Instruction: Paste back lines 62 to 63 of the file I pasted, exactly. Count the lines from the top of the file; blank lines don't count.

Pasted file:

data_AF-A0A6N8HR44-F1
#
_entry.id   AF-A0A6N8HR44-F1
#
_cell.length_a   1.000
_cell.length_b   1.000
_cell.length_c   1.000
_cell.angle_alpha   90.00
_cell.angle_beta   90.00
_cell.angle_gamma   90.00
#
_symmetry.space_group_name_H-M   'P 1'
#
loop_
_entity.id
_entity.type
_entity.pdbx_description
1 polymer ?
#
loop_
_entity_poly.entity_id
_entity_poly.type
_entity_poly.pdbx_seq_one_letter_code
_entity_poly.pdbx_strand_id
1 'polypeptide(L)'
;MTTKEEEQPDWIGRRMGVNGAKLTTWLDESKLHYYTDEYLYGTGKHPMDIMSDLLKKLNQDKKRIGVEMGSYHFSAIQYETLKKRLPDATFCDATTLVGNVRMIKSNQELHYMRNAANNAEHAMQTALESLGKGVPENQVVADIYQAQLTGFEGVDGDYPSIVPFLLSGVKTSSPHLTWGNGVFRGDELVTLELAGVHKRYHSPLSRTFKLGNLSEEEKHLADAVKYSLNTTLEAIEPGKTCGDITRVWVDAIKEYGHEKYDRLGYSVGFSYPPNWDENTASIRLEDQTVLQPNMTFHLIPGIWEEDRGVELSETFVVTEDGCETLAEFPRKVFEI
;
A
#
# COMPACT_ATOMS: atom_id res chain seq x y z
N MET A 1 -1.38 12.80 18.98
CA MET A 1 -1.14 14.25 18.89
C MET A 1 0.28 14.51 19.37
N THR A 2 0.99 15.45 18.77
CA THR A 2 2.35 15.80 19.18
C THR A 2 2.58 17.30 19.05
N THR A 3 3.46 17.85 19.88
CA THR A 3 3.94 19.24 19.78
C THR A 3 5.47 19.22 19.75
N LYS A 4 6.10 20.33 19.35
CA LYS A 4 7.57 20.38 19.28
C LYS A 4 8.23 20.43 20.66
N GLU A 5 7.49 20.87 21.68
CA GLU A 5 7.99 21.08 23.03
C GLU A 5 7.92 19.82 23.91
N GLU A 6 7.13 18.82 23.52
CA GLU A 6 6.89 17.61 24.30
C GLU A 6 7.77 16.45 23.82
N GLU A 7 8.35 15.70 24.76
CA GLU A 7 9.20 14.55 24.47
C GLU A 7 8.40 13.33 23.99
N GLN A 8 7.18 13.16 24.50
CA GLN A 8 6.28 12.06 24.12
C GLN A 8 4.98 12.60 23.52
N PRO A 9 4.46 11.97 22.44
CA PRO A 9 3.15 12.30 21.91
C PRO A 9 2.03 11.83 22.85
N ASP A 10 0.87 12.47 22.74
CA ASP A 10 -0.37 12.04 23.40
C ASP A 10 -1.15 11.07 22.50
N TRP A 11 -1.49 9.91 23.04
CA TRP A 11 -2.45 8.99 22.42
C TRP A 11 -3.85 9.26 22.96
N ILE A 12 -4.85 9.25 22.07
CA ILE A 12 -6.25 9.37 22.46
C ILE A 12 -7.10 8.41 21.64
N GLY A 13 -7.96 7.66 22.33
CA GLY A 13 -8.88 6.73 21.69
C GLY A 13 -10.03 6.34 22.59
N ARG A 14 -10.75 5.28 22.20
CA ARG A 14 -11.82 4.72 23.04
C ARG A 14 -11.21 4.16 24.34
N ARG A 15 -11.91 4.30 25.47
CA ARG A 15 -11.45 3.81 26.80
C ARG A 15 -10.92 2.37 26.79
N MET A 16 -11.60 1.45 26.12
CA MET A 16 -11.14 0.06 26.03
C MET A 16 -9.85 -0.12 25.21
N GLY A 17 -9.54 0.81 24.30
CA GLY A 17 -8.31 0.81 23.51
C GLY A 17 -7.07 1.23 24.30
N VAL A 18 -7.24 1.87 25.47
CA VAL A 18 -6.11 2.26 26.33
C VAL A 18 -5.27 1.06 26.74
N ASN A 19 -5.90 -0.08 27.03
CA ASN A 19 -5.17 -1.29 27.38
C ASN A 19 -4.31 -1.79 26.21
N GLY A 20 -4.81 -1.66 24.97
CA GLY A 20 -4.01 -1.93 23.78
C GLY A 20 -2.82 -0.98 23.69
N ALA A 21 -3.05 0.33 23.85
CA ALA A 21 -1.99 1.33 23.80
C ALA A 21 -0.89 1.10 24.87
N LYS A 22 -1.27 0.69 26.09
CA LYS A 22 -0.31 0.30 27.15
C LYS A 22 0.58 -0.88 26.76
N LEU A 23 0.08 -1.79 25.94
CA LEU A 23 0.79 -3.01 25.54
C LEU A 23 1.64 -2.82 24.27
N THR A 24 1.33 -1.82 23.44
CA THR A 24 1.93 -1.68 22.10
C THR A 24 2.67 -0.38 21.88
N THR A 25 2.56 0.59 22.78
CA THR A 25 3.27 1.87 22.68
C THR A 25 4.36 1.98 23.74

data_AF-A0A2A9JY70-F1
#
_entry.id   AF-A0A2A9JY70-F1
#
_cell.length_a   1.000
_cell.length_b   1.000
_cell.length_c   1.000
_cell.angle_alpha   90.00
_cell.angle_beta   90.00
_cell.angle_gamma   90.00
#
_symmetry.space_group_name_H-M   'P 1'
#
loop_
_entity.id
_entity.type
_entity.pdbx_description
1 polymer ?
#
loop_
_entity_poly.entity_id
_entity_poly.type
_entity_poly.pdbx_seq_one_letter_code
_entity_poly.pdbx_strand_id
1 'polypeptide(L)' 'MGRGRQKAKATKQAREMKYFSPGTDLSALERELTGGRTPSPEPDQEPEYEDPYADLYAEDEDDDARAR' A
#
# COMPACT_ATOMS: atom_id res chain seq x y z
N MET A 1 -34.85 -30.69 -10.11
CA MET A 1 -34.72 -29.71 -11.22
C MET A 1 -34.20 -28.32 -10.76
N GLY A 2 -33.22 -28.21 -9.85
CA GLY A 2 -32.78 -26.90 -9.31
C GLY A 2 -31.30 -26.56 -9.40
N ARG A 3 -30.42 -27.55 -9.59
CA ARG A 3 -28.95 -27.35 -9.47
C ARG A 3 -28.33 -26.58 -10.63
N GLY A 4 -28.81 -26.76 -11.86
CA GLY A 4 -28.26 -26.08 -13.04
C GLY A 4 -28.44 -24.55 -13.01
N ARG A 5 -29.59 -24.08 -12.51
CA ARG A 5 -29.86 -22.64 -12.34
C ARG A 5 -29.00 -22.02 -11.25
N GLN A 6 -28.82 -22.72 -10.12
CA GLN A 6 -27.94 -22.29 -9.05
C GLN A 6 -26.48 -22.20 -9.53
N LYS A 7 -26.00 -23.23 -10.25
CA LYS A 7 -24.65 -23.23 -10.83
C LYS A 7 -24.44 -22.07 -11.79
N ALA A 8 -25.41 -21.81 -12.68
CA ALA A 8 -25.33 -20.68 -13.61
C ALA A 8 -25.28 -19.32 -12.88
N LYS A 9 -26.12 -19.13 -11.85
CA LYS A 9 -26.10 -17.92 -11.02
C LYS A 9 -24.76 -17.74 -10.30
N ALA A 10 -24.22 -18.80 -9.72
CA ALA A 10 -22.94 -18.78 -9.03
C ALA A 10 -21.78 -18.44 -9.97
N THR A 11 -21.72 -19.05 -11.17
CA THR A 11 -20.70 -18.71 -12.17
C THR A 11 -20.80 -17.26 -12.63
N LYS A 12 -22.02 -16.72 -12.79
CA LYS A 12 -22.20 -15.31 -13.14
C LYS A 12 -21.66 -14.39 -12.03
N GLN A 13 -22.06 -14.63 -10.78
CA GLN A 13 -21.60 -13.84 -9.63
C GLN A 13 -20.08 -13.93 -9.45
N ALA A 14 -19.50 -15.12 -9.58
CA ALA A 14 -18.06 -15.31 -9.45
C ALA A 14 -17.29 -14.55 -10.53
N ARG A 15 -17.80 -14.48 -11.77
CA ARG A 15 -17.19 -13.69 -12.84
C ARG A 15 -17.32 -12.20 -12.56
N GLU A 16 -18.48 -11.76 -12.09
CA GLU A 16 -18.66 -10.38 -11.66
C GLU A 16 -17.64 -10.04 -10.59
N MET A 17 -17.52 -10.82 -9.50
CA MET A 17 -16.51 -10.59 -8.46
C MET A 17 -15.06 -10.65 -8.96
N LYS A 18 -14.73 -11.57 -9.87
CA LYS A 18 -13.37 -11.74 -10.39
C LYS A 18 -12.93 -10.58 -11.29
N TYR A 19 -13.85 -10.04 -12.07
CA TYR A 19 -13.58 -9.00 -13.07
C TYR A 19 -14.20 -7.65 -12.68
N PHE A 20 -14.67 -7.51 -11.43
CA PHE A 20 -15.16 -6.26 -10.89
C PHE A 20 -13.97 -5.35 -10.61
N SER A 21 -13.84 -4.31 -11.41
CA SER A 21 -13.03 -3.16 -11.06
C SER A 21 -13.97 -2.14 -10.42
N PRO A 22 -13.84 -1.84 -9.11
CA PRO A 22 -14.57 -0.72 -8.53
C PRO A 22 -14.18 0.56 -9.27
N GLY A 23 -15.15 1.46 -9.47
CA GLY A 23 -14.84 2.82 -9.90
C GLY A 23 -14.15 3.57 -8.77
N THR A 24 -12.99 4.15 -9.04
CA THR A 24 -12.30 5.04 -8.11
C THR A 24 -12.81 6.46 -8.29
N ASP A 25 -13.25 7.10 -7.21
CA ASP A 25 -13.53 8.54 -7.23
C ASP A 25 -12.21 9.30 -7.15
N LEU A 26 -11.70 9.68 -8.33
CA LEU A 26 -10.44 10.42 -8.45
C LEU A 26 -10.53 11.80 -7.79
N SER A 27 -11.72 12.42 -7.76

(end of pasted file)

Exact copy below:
CA TRP A 11 -2.45 8.99 22.42
C TRP A 11 -3.85 9.26 22.96